Otherwise, I think the traditional newspaper will slowly disappear. Their bogus circulation numbers cannot hide the rot within.
When blue collar jobs started being replaced with robots on assembly lines and computer programmed lathes in manufacturing plants the writing was on the wall. It is the same cost saving exercise just in a different form. Businesses do it on their scale, you do it on yours…
Yours are obviously the comments of someone that has never conducted business in any of the venues that you mentioned and therefore are not able to comprehend the value to a business of those ‘tools’ of businesses of any size. It betrays a certain lack of knowledge about business practices in ‘the real world’. Even an academic can tell you that there are unique opportunities that present themselves and can be capitalized on while having ‘dinner with the Dean’ that don’t exist during ‘posted office hours’.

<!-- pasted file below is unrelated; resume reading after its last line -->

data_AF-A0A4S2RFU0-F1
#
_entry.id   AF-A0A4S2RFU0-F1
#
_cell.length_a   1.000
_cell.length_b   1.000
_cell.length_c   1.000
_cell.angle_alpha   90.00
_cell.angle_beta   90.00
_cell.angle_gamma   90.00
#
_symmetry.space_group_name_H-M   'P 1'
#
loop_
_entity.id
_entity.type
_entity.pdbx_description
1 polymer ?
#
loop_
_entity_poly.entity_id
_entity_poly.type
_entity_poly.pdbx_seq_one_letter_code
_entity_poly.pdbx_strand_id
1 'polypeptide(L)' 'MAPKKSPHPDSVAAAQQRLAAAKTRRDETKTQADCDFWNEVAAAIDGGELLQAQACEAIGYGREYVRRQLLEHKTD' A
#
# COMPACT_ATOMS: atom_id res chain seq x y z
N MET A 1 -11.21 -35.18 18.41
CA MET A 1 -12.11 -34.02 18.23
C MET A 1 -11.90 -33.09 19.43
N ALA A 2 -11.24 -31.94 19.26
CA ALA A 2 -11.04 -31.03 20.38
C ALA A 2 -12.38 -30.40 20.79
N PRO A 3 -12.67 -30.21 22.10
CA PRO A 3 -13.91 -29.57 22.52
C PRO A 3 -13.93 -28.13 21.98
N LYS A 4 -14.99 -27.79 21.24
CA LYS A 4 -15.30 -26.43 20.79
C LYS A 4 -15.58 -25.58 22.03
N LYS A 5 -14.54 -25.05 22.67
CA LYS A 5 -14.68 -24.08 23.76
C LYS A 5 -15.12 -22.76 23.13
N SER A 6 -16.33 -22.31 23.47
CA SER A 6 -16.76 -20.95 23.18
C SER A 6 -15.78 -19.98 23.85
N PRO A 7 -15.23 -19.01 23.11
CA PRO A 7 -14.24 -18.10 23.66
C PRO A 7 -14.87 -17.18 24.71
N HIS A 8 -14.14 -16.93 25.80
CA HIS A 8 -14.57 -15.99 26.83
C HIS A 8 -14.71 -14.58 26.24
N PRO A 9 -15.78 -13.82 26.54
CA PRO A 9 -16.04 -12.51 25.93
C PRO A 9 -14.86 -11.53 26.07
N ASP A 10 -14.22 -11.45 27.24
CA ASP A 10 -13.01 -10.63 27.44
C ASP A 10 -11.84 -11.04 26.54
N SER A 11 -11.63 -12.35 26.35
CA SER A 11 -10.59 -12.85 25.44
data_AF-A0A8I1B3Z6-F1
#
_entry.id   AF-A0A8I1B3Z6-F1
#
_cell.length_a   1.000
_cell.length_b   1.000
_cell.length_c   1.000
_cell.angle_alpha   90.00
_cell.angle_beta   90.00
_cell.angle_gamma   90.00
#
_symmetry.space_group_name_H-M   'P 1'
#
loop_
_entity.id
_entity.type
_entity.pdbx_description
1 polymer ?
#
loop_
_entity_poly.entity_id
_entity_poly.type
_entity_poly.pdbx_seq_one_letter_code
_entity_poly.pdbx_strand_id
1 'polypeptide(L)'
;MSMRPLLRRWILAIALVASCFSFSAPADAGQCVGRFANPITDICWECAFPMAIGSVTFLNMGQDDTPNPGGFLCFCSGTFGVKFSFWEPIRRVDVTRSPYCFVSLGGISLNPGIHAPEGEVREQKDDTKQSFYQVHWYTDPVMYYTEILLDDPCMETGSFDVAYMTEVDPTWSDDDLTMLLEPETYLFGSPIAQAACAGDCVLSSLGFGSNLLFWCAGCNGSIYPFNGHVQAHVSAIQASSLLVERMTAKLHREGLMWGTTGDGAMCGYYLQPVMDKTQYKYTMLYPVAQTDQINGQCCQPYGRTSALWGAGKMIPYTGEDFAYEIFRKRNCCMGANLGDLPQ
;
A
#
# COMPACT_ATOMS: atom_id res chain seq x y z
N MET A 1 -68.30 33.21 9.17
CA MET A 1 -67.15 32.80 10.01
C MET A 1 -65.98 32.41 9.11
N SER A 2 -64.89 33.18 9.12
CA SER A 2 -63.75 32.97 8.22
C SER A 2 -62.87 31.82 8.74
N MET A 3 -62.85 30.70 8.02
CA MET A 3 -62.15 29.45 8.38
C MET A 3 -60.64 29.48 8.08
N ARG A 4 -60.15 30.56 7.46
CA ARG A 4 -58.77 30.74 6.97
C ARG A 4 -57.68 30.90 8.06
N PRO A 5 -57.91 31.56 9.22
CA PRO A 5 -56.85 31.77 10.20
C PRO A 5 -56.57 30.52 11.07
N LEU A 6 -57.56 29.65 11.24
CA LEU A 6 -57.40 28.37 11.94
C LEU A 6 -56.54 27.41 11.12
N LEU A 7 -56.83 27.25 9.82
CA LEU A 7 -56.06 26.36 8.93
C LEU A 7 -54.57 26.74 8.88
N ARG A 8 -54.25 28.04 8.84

If large companies sole focus is the bottom line, and the whole world becomes their oyster, who or what will fill the void at the local level. I mean things like company big wigs participating in local chambers of commerce, local fundraisers, pushing for better local services and schools that help the company attract and keep skilled workers, sponsoring softball leagues? These may seem like trite issues, but for years the big local employers were a real force, often for the good, in many areas of the country. Yes, there were plenty that also polluted local water sources, held local and state govts hostage by insisting on tax breaks, rezonings, etc., but don't underestimate the value of the companies that had been around for 50 years and expected to remain around for the forseable future. There must be affects that no one is talking about. Think about the long examined behavior of gas stations located next to the highway, where they have no ties to their customer base, often will never see them again, and the gas station on the corner of the town square, where all the locals are repeat customers. You expect to get ripped off byt he highway people and you have more influence over the local station, which has an incentive to be competitive and honest.posted by: alex on 08.12.04 at 10:21 PM [permalink]